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If you know you’re getting ready to file for bankruptcy there are some actions you should avoid. Some of them can hurt your case, or at least raise questions about your motivations and intentions.

Taking any of these actions can also reduce the number and type of exemptions you’re entitled to, which means you could lose property you otherwise would have been permitted to keep during the bankruptcy process.

Avoid making big financial decisions.

Now is not the time to sell your house or your car. It’s certainly not the time to buy a house or a car. You don’t want to cash out your retirement funds either. Don’t make any other major purchase. If you know you’re going to file for bankruptcy, just stop.

Your creditors will be bound by an automatic stay, which means they won’t be able to act against you. You should consider yourself bound against acting too drastically. Put your financial life on full hold. Pay your basic bills as best you can, keep buying groceries, but don’t deviate from your normal activities.

Stop running up debt.

Maxing out credit cards directly before a bankruptcy, for example, tends to make the court wonder whether you’re trying to take advantage of the process. Think of it this way—it could look a lot like you are trying to get a bunch of new stuff for “free” by using the bankruptcy court to wipe out your debt; a fraudulent act you don’t want to be accused of.

This goes for any kind of loan you might take out, including payday loans, car title loans, loans from family and friends, and more.

Avoid transferring balances.

You don’t want to give the impression you’re favoring one creditor over the other. This can create major problems and prolong your bankruptcy case. The trustee can often recover the amount you gave to creditor A and use it to redistribute to all the other creditors.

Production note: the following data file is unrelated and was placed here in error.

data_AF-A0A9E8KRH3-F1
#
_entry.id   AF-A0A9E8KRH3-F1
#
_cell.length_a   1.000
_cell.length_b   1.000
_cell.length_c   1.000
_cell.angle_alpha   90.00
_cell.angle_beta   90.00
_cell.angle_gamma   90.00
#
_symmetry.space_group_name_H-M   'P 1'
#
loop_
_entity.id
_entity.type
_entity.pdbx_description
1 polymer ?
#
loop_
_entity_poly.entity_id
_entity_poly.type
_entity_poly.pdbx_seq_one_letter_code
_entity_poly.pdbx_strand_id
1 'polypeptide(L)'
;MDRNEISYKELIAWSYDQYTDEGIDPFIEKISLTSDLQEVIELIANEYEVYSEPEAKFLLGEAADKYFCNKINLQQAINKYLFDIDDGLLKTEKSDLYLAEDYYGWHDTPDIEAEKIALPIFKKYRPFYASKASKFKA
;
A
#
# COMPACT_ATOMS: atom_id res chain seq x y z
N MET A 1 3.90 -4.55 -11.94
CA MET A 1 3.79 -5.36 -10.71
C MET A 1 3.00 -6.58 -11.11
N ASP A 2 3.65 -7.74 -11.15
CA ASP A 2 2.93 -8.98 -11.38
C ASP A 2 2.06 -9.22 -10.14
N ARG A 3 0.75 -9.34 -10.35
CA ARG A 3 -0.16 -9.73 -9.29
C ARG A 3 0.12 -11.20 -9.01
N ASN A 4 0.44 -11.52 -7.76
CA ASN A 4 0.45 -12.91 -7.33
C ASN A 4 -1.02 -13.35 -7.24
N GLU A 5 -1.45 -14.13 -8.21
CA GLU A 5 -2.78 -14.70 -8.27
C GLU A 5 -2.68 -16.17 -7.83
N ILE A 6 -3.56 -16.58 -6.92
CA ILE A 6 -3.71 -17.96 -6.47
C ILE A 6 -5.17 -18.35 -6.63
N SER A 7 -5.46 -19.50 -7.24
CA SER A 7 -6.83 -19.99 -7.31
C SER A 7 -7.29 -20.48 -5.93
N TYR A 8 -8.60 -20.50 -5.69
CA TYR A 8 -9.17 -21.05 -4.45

Avoid negotiating with or paying creditors.

Again, you want to avoid giving the impression you’re favoring one creditor over another. This is true even if you’re settling the debt for less than the full amount.

This is especially true if you’re paying family members and friends back at the expense of your “formal” creditors. Family and friend debts need to be treated like any other debt during your bankruptcy case. They should be included in the bankruptcy and handled like any other debt.

Resist the urge to transfer property.

Debtors sometimes panic and start racing to put property in other people’s names prior to the bankruptcy, thinking this is what will save it. Rest assured the court will not be fooled if you put your home into Aunt Matilde’s name while continuing to live in it.

Again, the attempt makes you look like you’re trying to defraud the court. It’s also vastly unnecessary. Most of the property you’re feeling the urge to start moving around is property that would have been exempt anyway.

Hold off on marriages, divorces, and separations.

You can file for bankruptcy without including your spouse in the case. But starting your life off as newlyweds with the stress of a bankruptcy is rarely healthy for the marriage.

As for separation and divorce, the court will be trying to divide both your assets and your debts. Tying yourself up in a bankruptcy case at the same time only complicates matters. Tackle one case at a time.

Don’t try to go it alone.

Some people try to engage in DIY bankruptcy cases, but this is a terrible idea. A bankruptcy is a serious legal matter. Every case is different and there are pitfalls. Failing to involve a lawyer could mean facing some serious problems down the road.

Fortunately, we make it easy to get the legal counsel you need. We offer free initial consultations and fair, reasonable payment plans to each of our bankruptcy clients. Contact our offices today to learn more. Here’s to the fresh start ahead.